Younge: There is something to what you said. There was Malcolm X, who was on the prowl at the time and called it “the farce on Washington”. But the ‘black power’ stuff doesn’t come until later with the Black Panthers. If you listen to the speech as well as the stuff that is most often remembered, “my children will be judged not by the colour of their skin but by the content of their character”, the mutual stuff you’re talking about, it’s also a searing indictment of American racism. There’s no way that if you’re serious about judging the whole speech you come away thinking the situation is great. This is, “America has given us a bad cheque and we’ve come to cash that cheque… Two hundred years later we’re still not free… This is not the time to cool off, now is the time…” It’s not as happy-clappy a speech as people like to portray it is.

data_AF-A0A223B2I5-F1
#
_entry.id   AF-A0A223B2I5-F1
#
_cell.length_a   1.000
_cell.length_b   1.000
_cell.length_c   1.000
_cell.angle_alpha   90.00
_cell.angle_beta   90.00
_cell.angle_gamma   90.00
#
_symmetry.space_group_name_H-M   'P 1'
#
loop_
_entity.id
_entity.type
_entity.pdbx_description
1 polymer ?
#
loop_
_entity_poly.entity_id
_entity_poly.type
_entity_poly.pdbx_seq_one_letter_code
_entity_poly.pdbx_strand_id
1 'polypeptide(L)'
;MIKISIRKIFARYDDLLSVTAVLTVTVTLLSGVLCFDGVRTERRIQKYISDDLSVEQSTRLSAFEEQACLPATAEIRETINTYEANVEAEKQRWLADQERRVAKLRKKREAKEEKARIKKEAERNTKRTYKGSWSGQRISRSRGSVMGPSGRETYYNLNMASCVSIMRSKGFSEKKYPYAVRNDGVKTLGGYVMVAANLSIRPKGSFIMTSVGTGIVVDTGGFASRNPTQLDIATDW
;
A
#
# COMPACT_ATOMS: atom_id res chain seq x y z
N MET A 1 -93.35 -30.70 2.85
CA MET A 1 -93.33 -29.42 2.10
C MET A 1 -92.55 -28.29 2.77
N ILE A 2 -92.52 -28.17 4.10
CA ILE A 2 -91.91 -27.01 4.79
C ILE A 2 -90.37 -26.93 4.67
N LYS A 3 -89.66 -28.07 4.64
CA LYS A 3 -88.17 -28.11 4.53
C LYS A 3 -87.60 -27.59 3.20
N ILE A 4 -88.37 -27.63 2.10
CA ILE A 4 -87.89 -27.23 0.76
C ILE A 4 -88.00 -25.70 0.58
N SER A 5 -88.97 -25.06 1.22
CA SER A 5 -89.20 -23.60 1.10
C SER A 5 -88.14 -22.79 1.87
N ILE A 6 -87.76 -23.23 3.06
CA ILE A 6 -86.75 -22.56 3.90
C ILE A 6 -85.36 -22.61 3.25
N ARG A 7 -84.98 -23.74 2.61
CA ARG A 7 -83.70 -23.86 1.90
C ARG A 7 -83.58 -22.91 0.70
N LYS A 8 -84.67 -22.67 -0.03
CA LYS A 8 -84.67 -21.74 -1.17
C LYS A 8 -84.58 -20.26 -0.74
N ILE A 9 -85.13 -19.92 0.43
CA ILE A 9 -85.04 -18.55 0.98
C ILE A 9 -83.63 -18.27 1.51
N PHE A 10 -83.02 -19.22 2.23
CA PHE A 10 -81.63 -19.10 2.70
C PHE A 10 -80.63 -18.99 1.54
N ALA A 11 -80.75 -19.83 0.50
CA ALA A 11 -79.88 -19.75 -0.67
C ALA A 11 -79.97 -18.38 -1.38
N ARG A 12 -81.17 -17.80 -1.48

And he wasn’t as happy-clappy a guy as people like to say. Actually, he becomes more and more unpopular as time goes on. As he calls America the greatest purveyor of military violence in the world, as he starts talking about capitalism. He’s a bad-ass! Were he alive now I think he’d say, “who knew?” Because that was still a controversial speech – even then. The overwhelming majority of white Americans did not want the march to happen. Even two years later the overwhelming majority of white Americans thought that Civil Rights was going too fast.
I think he would be greatly bemused by the degree to which so much of his legacy is reduced to one speech and then traduced to symbolise only “can’t we all get along”. Because it wasn’t just that. It was also, “this is why we don’t get along”. We don’t get along because you’ve got all the stuff and you won’t give it to us, and because you owe us an uncashed cheque and we’ve come here to cash it.
Is there a fundamental departure between this speech, which you describe as a crowning moment of the end of segregation, and Beyond Vietnam, the Poor People’s Campaign? The Martin Luther King who is dealing with poverty, capitalism and imperialism and the Martin Luther King who makes the I Have a Dream speech?